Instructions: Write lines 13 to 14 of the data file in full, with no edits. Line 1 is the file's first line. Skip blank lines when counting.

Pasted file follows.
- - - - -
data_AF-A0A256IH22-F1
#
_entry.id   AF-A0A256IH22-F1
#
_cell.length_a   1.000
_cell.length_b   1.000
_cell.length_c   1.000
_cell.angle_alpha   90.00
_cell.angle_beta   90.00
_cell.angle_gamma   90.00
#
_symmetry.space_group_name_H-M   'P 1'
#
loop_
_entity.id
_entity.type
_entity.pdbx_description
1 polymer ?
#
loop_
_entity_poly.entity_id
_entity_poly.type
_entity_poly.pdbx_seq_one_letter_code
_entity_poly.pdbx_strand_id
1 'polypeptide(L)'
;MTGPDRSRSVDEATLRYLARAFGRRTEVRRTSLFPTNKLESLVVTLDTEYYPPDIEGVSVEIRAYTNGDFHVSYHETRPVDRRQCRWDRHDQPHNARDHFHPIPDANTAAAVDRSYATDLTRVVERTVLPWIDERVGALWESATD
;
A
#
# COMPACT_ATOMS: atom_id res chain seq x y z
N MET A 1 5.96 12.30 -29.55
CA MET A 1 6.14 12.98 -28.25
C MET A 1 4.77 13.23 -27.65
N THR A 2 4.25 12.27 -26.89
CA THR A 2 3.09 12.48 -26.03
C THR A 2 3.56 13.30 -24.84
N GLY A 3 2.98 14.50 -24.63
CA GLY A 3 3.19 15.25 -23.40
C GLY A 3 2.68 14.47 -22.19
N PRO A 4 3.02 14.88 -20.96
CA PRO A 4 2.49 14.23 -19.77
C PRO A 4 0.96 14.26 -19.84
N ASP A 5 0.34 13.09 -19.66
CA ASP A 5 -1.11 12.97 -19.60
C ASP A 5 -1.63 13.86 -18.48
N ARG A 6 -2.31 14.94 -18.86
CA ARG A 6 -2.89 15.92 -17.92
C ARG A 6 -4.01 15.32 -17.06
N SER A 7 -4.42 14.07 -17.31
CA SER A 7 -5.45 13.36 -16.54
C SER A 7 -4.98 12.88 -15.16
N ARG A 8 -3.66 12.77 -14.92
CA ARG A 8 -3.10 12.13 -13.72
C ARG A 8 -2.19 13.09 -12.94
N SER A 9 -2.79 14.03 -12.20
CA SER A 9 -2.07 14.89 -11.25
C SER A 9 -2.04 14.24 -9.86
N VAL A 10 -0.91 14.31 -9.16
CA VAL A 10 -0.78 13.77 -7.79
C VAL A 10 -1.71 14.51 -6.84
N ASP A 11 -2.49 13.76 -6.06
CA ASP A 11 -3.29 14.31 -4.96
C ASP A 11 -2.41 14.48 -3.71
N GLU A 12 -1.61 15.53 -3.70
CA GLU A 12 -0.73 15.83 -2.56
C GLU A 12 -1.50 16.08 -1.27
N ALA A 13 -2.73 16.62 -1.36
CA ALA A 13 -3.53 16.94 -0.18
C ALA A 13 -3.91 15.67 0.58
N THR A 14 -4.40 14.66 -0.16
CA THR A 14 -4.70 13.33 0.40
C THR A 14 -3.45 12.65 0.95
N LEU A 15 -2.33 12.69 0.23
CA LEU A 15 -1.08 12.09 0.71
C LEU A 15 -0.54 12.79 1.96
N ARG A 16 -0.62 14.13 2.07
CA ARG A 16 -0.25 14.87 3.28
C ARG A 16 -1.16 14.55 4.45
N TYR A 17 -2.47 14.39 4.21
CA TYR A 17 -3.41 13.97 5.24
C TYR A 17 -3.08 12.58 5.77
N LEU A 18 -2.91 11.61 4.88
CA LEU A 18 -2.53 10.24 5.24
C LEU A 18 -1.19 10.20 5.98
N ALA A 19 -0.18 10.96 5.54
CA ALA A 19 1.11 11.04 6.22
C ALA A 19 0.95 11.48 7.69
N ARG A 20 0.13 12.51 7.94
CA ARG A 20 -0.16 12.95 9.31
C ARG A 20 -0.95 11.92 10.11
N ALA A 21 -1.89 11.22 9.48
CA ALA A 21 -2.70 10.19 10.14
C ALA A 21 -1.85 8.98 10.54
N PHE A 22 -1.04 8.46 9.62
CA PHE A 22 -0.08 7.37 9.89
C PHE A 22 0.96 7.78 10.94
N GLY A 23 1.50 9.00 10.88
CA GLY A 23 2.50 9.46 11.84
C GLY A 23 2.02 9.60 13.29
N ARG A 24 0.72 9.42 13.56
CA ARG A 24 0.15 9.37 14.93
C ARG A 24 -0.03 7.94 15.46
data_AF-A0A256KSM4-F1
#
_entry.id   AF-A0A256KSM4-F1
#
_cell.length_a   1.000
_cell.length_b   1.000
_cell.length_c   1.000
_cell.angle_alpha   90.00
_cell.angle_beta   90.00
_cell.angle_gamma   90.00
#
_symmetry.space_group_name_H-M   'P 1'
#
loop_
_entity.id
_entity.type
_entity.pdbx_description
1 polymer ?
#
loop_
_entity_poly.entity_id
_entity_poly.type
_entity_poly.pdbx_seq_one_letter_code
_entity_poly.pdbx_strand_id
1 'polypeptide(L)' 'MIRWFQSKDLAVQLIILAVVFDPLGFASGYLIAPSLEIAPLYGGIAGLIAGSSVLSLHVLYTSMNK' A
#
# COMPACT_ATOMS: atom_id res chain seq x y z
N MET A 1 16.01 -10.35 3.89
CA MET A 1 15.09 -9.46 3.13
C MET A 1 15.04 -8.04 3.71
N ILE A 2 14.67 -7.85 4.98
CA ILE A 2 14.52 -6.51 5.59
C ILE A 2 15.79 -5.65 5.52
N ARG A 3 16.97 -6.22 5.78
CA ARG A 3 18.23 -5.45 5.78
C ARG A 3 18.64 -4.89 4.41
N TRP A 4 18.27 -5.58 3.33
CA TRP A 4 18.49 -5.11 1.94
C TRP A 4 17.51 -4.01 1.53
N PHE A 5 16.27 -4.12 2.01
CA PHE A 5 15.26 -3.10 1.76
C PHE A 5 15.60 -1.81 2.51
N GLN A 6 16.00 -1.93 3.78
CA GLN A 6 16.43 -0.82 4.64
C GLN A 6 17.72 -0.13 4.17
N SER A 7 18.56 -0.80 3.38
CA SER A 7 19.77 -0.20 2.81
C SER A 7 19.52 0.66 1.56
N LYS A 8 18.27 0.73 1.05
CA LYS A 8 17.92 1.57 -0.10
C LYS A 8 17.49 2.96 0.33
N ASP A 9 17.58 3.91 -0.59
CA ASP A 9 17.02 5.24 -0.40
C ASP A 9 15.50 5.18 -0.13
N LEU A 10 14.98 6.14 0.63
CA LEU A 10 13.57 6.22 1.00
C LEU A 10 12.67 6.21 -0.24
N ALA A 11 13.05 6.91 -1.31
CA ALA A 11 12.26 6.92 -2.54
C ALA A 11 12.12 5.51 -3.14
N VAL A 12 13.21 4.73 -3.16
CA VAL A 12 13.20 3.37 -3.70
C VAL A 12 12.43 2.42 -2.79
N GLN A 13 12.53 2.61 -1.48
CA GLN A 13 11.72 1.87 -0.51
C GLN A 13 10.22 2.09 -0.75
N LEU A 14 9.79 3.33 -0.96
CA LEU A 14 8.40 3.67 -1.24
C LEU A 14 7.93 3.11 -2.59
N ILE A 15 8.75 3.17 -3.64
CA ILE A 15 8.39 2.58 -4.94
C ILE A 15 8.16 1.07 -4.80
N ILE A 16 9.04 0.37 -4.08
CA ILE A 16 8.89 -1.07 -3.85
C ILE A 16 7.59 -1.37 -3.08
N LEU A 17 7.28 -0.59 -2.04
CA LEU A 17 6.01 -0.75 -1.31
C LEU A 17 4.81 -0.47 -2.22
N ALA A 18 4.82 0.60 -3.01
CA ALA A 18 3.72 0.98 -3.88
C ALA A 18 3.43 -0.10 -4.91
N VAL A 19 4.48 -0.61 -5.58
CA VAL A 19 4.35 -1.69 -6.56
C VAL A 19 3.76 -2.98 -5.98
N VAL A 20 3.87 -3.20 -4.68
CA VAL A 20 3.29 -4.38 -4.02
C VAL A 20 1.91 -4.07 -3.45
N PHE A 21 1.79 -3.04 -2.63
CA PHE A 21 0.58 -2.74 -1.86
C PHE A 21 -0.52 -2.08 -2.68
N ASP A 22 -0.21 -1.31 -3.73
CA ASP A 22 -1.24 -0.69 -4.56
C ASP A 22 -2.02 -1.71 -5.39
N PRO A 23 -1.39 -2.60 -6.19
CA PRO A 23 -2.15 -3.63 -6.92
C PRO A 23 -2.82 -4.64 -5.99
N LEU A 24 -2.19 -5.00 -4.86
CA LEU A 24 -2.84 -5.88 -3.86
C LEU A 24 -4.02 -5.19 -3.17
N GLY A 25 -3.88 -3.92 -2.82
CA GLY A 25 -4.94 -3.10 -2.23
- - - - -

#
loop_